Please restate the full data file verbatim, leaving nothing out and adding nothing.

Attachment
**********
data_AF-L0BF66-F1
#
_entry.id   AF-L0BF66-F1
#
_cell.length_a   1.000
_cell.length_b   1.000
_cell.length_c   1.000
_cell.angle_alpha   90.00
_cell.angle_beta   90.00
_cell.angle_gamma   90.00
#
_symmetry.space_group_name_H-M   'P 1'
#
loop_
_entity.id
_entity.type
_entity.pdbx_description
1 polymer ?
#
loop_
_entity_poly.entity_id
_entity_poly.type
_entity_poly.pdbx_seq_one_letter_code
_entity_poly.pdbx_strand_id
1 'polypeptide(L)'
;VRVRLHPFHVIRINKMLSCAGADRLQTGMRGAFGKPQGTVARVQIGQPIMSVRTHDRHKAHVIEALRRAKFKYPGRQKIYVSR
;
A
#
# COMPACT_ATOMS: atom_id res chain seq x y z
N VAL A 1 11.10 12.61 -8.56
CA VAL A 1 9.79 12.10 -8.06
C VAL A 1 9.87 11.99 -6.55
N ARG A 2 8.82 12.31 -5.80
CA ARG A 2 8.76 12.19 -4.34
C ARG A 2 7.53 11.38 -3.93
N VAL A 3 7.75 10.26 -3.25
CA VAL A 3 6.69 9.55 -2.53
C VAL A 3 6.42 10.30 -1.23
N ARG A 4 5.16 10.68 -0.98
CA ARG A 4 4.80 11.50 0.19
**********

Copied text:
data_AF-L0BF66-F1
#
_entry.id   AF-L0BF66-F1
#
_cell.length_a   1.000
_cell.length_b   1.000
_cell.length_c   1.000
_cell.angle_alpha   90.00
_cell.angle_beta   90.00
_cell.angle_gamma   90.00
#
_symmetry.space_group_name_H-M   'P 1'
#
loop_
_entity.id
_entity.type
_entity.pdbx_description
1 polymer ?
#
loop_
_entity_poly.entity_id
_entity_poly.type
_entity_poly.pdbx_seq_one_letter_code
_entity_poly.pdbx_strand_id
1 'polypeptide(L)'
;VRVRLHPFHVIRINKMLSCAGADRLQTGMRGAFGKPQGTVARVQIGQPIMSVRTHDRHKAHVIEALRRAKFKYPGRQKIYVSR
;
A
#
# COMPACT_ATOMS: atom_id res chain seq x y z
N VAL A 1 11.10 12.61 -8.56
CA VAL A 1 9.79 12.10 -8.06
C VAL A 1 9.87 11.99 -6.55
N ARG A 2 8.82 12.31 -5.80
CA ARG A 2 8.76 12.19 -4.34
C ARG A 2 7.53 11.38 -3.93
N VAL A 3 7.75 10.26 -3.25
CA VAL A 3 6.69 9.55 -2.53
C VAL A 3 6.42 10.30 -1.23
N ARG A 4 5.16 10.68 -0.98
CA ARG A 4 4.80 11.50 0.19